The Frobenius Problem: How I bought Chicken McNuggets with exact changeThough the problem seems like one from discrete mathematics, we will see an unexpected interplay between the continuous and discrete worlds as we use somewhat elementary techniques from calculus to arrive at a solution....David Austin
IntroductionNow that August is here and you're planning that overseas getaway, it's time to think about other systems of currency. For instance, suppose you are in a country whose currency comes only in denominations of 11 and 21 quatloos. Sure, it's a strange system, but the country is known for its great food. So when your waiter brings you a check for 100 quatloos, will you be able to pay with exact change? Stated mathematically, you'd like to find a solution to the equation \[ 11x + 21 y= 100 \] where $x$ and $y$ are nonnegative integers. More generally, suppose we are in a country whose currency consists of denominations of $a_1, a_2, \ldots, a_d$ and ask if we can pay a bill of $n$ without needing change. In other words, can we find nonnegative integers $x_1,x_2,\ldots, x_d$ such that \[a_1x_1 + a_2x_2 + \ldots + a_dx_d = n?\] This problem arises in other ways as well. For instance, postage stamps come in a limited number of denominations so we need to solve this equation to mail a package with exact postage. American football allows scores of 2, 3, 6, 7, and 8 points; if we see that a team has scored 31 points, we feel fairly confident they have scored four touchdowns and a field goal. Until recently, McDonald's Chicken McNuggets came in boxes with 6, 9, or 20 McNuggets presenting us with the Chicken McNugget problem. As we'll see, with a mild assumption on the denominations, there are only finitely many values of $n$ for which there are no solutions. Determining the largest such $n$ is sometimes called the Frobenius problem, named after the 19^{th} century mathematician Ferdinand Georg Frobenius, who is said to have originally discussed this problem. This article presents a solution to the Frobenius problem in the simplest case that there are two denominations of currency. Though the problem seems like one from discrete mathematics, we will see an unexpected interplay between the continuous and discrete worlds as we use somewhat elementary techniques from calculus to arrive at a solution. The case when $d=2$We will begin with the simplest case in which there are only two denominations of currency, which we will denote by $a$ and $b$. Our question is then: given a nonnegative integer $n$, can we find nonnegative integers $x$ and $y$ such that \[ax + by = n.\] If there is a solution, we say that $n$ is representable. When $a$ and $b$ are not relatively prime, we may easily find numbers that are not representable. For instance, if $a$ and $b$ are even, then any odd number is not representable. To prevent this kind of situation, we will therefore require that $a$ and $b$ are relatively prime. Of course, the general case can be reduced to this one by dividing out the greatest common divisor. In the case that $a$ and $b$ are relatively prime, the Euclidean algorithm implies that there are integers $p$ and $q$ such that $ap + bq = 1$. However, it is not possible for both $p$ and $q$ to be nonnegative. For instance, if $a=5$ and $b = 8$, we have $(3)a + 2b = 1$. In other words, if we need to pay a 1unit check, we could pay with two 8unit bills and receive three 5unit bills as change. However, we could not pay with exact change. This problem has a geometric interpretation that is useful to keep in mind. The equation $ax + by = n$ describes a line in the plane; shown below are two such lines when $a=4$ and $b=7$.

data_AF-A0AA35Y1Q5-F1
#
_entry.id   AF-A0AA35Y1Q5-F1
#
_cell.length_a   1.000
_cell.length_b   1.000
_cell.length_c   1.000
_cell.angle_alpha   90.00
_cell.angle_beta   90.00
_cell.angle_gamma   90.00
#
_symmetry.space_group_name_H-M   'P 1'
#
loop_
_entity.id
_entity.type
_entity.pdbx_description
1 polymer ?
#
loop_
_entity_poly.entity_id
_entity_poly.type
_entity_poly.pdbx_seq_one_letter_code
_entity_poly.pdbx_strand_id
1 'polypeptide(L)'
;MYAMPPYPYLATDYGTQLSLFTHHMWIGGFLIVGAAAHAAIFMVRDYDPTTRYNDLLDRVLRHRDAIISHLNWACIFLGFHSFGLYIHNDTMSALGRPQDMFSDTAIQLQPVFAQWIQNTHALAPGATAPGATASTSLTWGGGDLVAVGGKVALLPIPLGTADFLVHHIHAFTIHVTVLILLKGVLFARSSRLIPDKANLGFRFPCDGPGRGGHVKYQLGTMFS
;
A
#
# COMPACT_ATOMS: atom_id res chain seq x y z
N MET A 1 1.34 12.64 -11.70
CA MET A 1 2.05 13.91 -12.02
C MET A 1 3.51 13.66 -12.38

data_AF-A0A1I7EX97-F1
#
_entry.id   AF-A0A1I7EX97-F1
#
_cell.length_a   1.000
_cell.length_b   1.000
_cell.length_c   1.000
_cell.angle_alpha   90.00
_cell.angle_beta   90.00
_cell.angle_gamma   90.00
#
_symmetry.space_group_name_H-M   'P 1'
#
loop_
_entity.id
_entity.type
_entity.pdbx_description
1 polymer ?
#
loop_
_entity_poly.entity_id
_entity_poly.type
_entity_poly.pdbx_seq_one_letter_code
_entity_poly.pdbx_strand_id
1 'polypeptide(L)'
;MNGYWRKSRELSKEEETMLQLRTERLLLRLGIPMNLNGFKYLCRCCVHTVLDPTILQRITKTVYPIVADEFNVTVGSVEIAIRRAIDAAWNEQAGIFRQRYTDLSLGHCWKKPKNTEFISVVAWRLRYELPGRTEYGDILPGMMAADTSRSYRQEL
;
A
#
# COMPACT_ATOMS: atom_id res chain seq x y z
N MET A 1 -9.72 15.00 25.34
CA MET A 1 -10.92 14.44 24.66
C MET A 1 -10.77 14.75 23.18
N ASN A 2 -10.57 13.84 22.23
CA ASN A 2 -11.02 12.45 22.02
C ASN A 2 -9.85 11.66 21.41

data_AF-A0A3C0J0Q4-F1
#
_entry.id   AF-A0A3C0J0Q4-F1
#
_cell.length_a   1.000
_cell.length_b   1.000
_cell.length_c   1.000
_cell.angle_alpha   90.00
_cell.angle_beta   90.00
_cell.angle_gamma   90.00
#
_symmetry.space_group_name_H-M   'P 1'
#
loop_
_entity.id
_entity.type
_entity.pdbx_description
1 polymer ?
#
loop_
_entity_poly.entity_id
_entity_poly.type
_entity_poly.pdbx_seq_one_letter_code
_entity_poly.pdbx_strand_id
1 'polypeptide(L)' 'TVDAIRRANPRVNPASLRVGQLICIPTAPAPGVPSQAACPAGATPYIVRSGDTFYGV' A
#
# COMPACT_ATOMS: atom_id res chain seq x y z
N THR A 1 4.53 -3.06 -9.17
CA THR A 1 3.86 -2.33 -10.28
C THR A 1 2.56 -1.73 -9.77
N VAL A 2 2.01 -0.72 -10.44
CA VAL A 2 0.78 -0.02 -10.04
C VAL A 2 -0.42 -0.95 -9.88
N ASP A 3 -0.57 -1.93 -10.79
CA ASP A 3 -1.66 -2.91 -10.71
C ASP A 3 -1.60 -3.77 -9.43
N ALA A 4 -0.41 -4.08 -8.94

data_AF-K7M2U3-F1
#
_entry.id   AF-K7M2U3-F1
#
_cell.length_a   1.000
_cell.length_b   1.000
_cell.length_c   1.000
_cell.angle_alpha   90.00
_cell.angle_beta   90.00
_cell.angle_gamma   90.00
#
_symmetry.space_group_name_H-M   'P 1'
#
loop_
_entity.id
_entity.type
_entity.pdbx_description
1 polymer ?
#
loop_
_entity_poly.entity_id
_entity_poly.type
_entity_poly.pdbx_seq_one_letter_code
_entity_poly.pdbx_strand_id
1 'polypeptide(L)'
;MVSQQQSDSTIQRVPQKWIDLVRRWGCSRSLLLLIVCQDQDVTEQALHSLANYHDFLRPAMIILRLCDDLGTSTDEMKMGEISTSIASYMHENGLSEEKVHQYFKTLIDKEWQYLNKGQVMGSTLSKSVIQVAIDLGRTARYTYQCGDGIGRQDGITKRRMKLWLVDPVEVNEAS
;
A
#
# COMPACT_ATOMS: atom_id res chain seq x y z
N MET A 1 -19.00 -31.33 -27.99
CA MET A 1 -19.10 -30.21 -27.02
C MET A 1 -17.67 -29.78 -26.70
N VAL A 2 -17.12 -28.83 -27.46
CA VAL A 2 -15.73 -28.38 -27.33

The integer $n$ is representable precisely when a point on the integer lattice lies on the line $ax+by=n$. In the case when $a=4$ and $b=7$, we see that $n=10$ is not representable, while $n=19$ is. The following figure considers all possible $n$. Lines corresponding to representable integers $n$ are gray, and those corresponding to nonrepresentable integers are red.
This figure validates an intuitive notion that says larger values of $n$ are more likely to be representable than smaller values. In fact, there are only finitely many $n$ that are not representable. The largest such $n$ is called the Frobenius number and will be denoted $g(a,b)$; in the case that $a=4$ and $b=7$, the figure shows that the Frobenius number $g(4,7)=17$.